An important feature of the ankle ‘catapult mechanism’ is that the stretch and recoil of the Achilles tendon allows muscle fibers to remain nearly isometric producing high forces with very little mechanical work. In the isometric state, muscles expend much less metabolic energy to produce force when compared to muscles shortening in concentric (positive work) contractions.

Recent research has also found that during explosive movements, the contractile elements of a muscle remain in an isometric state to increase tension in the non-contractile components in an effort to produce higher levels of force. The enhanced stiffness from the contractile component can help the connective tissue rapidly store mechanical energy during the lengthening (recoil) phase delivering greater power output during the shortening phase. (4.), (5.)

What all this means is that the power advantage seen in racers like Hirscher, Brignone, Worely and Shiffrin results from an integrated system. But the human body can only function as an integrated system under conditions which allow multi-plane movement, something conventional ski boots intentionally interfere with.

In my next post I will start from what I see as the fundamental element of a ski stance based on isometric contraction and progress upward from there.


  1. It Pays to Have a Spring in Your Step – 2009 Gregory S. Sawicki1, Cara L. Lewis2, and Daniel P. Ferris2 – 1. Department of Ecology and Evolutionary Biology, Brown University, Providence, RI; and 2. School of Kinesiology, University of Michigan, Ann Arbor, MI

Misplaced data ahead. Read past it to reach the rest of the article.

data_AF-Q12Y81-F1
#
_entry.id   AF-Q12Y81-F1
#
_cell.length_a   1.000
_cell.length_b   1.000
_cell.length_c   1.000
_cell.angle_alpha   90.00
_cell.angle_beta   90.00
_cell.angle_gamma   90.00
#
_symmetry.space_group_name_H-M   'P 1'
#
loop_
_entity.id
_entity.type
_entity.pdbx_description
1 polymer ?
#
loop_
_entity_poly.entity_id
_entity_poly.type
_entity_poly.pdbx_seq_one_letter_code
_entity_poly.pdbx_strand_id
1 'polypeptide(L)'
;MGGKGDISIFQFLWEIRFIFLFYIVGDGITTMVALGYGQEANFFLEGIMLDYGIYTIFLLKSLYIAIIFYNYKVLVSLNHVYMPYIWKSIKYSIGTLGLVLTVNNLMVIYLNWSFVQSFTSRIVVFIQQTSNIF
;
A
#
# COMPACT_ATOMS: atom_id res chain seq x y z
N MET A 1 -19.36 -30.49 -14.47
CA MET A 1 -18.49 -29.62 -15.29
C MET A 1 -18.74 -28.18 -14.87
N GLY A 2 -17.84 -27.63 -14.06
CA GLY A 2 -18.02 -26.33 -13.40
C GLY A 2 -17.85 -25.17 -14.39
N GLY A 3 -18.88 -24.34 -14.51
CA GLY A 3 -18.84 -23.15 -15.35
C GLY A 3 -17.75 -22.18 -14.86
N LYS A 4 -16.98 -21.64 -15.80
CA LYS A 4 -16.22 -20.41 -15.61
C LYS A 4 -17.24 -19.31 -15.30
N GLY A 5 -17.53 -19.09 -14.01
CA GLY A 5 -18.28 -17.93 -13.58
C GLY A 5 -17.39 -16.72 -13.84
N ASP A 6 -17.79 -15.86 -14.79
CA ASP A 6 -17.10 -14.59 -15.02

2. https://wp.me/p3vZhu-1wT
  3. Fascial Fitness: Fascia oriented training for bodywork and movement therapies – Divo G. Muller, Robert Schleip 
  4. Cutting Edge: Training the Fascial Network (Part 1) by Pete McCall M.S.
  5. Cutting Edge: Training the Fascial Network (Part 2) by Pete McCall M.S.

 

ANALYZING SKIER/RACER PERFORMANCE

In my last post (1.), I showed photos of Tessa Worely, Federica Brignone and Mikaela Shiffrin with their outside legs extended with small angles at their knees and ankles and asked Why is their outside leg extended? What advantage does it give these racers? How does it affect their ability to load and control their outside ski? So far there has only been one comment that didn’t address the questions I posed.

……… the study of biomechanics by physical educators must include cause as well as effect relationships which exist between sequential joint motions of the performer and the motion of the inanimate objects which he or she wears, rides or manipulates.

All factors must be studied in terms of the skill objective. If problems are noted in the performance of the skill, where did they originate? Within the performer? Within the sport object? Both? What precise changes must be made to obtain the skill objectives? The answer to the last question leads directly to what is known as quality teaching. The directions for improvement given to the performer must be based on scientific and technical analysis of the total skill.

The above excerpts are from a book published in 1983 called ANALYSIS OF SPORT MOTION by John W. Northrip. 

….. quality teaching – coaching of neuromuscular skills in physical education should always be preceded by an analytical process where the professional physical educator synthesizes observations and theory from scientific and technical perspectives……It must be remembered that the teaching of physical education is an art with a basis in science.

 Adjustments during the teaching process to improve performance must be made in sequential motion pattern of the involved joints. Therefore, the student of physical education must have functional knowledge of anatomic kinesiology.

Fast forward to 1987.

Few forms of athletics place as high demands on the footwear used in their performance as alpine skiing. It (the ski boot) functions as a connecting link between the binding and the body and performs a series of difficult complex tasks. 

Dr. med. H.W. Bar, Orthopedics-Sportsmedicine, member of GOTS, Murnau, West Germany (2.)

In my next post I will attempt to provide an explanation of the effect of extending the outside knee and ankle in the load phase of a turn and the role of equipment in enabling (or preventing) this action using the knowledge I have gleaned over the past 40 years.


  1. WHAT DO BRIGNONE, WORLEY AND SHIFFRIN HAVE IN COMMON?
  2. Der Schu im Sport